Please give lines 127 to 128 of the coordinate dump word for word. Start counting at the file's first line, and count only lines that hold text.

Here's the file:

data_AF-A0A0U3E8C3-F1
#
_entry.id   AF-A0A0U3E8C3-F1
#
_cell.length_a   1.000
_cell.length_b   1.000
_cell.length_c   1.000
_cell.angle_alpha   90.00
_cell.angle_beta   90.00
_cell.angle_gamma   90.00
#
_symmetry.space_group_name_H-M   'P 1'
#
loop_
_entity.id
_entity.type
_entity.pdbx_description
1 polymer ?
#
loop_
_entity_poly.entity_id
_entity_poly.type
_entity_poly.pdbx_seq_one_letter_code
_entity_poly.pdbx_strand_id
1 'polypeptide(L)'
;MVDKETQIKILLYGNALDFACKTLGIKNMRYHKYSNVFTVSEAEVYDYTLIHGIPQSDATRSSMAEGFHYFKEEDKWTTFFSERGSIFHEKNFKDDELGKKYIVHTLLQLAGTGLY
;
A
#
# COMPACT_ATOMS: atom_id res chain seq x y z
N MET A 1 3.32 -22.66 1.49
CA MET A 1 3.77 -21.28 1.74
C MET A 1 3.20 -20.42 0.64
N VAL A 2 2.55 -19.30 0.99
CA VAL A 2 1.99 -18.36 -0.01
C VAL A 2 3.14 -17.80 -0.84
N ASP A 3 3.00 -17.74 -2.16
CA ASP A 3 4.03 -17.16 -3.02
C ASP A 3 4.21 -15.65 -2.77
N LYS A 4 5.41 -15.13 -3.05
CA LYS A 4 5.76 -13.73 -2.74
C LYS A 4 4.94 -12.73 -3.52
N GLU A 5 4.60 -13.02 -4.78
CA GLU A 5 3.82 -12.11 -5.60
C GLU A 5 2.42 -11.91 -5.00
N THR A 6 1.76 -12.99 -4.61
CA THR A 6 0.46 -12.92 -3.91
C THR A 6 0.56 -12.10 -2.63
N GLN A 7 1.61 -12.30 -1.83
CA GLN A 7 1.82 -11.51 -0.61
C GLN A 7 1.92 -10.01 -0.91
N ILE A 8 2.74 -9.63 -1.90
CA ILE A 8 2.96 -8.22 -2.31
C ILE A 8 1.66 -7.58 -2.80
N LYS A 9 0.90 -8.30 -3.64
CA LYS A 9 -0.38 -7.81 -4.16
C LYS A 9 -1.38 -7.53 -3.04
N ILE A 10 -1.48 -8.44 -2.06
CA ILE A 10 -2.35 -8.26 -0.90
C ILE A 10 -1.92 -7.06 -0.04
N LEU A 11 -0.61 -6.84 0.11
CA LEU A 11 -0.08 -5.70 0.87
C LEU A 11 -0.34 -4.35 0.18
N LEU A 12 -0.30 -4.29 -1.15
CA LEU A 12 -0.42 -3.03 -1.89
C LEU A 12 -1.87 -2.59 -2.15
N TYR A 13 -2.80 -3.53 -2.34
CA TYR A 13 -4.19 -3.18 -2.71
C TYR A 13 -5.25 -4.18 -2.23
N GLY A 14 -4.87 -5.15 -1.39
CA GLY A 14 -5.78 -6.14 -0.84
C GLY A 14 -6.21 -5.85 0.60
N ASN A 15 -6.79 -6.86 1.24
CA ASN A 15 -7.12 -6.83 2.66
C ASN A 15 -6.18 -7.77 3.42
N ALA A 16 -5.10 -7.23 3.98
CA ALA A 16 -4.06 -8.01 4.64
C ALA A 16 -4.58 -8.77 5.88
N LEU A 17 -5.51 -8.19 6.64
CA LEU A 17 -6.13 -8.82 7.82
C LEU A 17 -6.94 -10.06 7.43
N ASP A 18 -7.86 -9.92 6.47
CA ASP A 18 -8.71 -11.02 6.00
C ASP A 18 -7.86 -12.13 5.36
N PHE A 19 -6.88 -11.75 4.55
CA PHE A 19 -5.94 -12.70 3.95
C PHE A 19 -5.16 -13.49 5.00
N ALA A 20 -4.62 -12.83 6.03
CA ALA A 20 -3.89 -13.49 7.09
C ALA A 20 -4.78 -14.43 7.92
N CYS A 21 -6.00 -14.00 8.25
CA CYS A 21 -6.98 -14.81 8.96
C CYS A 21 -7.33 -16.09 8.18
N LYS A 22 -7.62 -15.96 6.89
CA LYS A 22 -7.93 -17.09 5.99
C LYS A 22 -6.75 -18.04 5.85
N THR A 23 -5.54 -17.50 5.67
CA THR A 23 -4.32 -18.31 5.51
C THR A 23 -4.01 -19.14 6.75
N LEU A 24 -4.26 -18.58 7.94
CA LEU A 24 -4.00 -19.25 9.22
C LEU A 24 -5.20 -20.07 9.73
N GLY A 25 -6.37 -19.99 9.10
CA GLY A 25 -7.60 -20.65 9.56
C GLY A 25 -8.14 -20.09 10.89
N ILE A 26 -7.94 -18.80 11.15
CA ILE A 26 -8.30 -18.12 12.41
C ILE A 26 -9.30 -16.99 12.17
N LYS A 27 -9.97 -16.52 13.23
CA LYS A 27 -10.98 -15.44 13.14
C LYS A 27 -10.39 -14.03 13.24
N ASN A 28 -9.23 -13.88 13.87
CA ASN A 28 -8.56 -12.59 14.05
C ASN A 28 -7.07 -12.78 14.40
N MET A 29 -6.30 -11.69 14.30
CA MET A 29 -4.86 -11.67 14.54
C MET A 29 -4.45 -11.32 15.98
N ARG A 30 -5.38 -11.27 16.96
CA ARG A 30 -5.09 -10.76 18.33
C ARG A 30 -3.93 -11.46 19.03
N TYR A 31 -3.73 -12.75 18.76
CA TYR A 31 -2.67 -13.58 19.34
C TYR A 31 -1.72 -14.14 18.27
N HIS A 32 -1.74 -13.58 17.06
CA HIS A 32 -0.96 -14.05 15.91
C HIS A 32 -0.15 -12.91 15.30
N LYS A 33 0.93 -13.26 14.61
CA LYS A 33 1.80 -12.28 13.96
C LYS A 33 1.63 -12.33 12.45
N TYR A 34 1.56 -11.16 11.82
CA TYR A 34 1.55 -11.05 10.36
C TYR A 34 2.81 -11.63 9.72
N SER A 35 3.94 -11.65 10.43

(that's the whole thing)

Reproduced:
N LYS A 33 0.93 -13.26 14.61
CA LYS A 33 1.80 -12.28 13.96